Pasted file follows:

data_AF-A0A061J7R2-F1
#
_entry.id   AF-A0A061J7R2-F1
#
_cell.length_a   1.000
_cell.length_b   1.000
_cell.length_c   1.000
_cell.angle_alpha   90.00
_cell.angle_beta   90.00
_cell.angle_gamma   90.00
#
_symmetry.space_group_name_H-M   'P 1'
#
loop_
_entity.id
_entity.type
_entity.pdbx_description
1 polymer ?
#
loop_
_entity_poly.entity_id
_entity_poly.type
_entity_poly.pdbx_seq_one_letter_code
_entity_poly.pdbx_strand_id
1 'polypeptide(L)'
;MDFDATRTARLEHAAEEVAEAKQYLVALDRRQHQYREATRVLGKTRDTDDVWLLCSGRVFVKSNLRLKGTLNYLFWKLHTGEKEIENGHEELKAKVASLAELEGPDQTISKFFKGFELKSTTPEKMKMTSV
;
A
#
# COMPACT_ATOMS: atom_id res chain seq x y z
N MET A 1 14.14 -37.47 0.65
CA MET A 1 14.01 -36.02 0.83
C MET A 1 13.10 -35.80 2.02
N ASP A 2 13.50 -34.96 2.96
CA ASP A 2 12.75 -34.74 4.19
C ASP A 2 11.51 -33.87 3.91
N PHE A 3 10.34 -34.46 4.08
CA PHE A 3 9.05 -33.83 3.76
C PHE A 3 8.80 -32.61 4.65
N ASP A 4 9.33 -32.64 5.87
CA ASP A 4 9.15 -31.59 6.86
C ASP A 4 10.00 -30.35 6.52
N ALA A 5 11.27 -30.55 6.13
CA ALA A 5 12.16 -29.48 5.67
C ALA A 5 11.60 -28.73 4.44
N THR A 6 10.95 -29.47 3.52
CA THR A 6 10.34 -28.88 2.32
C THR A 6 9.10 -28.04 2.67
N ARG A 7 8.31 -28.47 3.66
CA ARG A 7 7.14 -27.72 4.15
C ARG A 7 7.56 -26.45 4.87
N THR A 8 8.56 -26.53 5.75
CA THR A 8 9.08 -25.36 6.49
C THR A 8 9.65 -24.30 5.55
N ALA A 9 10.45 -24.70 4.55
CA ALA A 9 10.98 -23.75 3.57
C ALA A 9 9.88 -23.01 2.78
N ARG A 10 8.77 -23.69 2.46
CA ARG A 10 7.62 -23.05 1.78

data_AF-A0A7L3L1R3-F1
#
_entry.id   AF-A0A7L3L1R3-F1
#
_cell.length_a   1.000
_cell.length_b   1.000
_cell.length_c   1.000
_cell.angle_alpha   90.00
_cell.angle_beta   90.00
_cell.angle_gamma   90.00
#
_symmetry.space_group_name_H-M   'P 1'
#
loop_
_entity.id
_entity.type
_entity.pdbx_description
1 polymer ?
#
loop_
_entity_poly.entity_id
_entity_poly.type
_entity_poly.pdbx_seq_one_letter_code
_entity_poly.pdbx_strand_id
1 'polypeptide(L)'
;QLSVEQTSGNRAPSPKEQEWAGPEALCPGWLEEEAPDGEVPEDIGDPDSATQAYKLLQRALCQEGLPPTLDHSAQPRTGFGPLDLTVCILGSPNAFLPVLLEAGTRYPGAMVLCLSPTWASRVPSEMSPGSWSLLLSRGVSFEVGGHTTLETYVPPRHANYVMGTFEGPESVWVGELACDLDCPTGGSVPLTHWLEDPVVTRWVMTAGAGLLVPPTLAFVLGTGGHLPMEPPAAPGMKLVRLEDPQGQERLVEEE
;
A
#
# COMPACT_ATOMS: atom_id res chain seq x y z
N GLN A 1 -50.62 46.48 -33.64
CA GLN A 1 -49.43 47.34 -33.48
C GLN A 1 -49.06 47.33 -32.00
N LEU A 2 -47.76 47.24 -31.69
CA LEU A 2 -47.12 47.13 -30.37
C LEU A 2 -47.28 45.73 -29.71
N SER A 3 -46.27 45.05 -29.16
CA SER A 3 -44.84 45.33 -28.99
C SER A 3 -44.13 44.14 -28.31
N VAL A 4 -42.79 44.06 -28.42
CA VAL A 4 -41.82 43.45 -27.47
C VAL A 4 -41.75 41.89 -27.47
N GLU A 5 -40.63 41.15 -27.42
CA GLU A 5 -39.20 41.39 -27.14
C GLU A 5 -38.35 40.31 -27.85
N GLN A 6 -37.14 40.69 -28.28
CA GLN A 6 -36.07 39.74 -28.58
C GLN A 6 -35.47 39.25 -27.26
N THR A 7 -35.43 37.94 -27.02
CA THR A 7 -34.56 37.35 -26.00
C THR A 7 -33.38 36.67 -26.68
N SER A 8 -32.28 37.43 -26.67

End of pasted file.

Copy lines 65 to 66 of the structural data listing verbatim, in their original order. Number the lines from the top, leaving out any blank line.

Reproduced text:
_cell.length_b   1.000
_cell.length_c   1.000